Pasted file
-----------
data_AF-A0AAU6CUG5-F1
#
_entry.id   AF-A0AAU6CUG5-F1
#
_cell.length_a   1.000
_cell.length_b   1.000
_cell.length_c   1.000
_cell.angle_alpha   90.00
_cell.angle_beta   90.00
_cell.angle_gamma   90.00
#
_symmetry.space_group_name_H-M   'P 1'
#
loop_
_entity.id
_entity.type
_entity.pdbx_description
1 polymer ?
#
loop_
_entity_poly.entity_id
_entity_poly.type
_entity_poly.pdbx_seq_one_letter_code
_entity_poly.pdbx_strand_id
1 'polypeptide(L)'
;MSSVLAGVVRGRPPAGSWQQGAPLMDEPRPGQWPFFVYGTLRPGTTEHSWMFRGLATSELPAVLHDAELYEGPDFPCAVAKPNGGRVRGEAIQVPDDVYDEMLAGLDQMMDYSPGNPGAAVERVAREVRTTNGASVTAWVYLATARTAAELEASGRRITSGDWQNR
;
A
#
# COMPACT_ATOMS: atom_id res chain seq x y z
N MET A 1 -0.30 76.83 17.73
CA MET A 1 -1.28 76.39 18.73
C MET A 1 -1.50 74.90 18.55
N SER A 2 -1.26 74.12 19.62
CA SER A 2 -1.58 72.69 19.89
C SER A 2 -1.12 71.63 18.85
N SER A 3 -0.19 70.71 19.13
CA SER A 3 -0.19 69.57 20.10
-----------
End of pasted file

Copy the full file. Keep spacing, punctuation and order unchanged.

data_AF-A0AAU6CUG5-F1
#
_entry.id   AF-A0AAU6CUG5-F1
#
_cell.length_a   1.000
_cell.length_b   1.000
_cell.length_c   1.000
_cell.angle_alpha   90.00
_cell.angle_beta   90.00
_cell.angle_gamma   90.00
#
_symmetry.space_group_name_H-M   'P 1'
#
loop_
_entity.id
_entity.type
_entity.pdbx_description
1 polymer ?
#
loop_
_entity_poly.entity_id
_entity_poly.type
_entity_poly.pdbx_seq_one_letter_code
_entity_poly.pdbx_strand_id
1 'polypeptide(L)'
;MSSVLAGVVRGRPPAGSWQQGAPLMDEPRPGQWPFFVYGTLRPGTTEHSWMFRGLATSELPAVLHDAELYEGPDFPCAVAKPNGGRVRGEAIQVPDDVYDEMLAGLDQMMDYSPGNPGAAVERVAREVRTTNGASVTAWVYLATARTAAELEASGRRITSGDWQNR
;
A
#
# COMPACT_ATOMS: atom_id res chain seq x y z
N MET A 1 -0.30 76.83 17.73
CA MET A 1 -1.28 76.39 18.73
C MET A 1 -1.50 74.90 18.55
N SER A 2 -1.26 74.12 19.62
CA SER A 2 -1.58 72.69 19.89
C SER A 2 -1.12 71.63 18.85
N SER A 3 -0.19 70.71 19.13
CA SER A 3 -0.19 69.57 20.10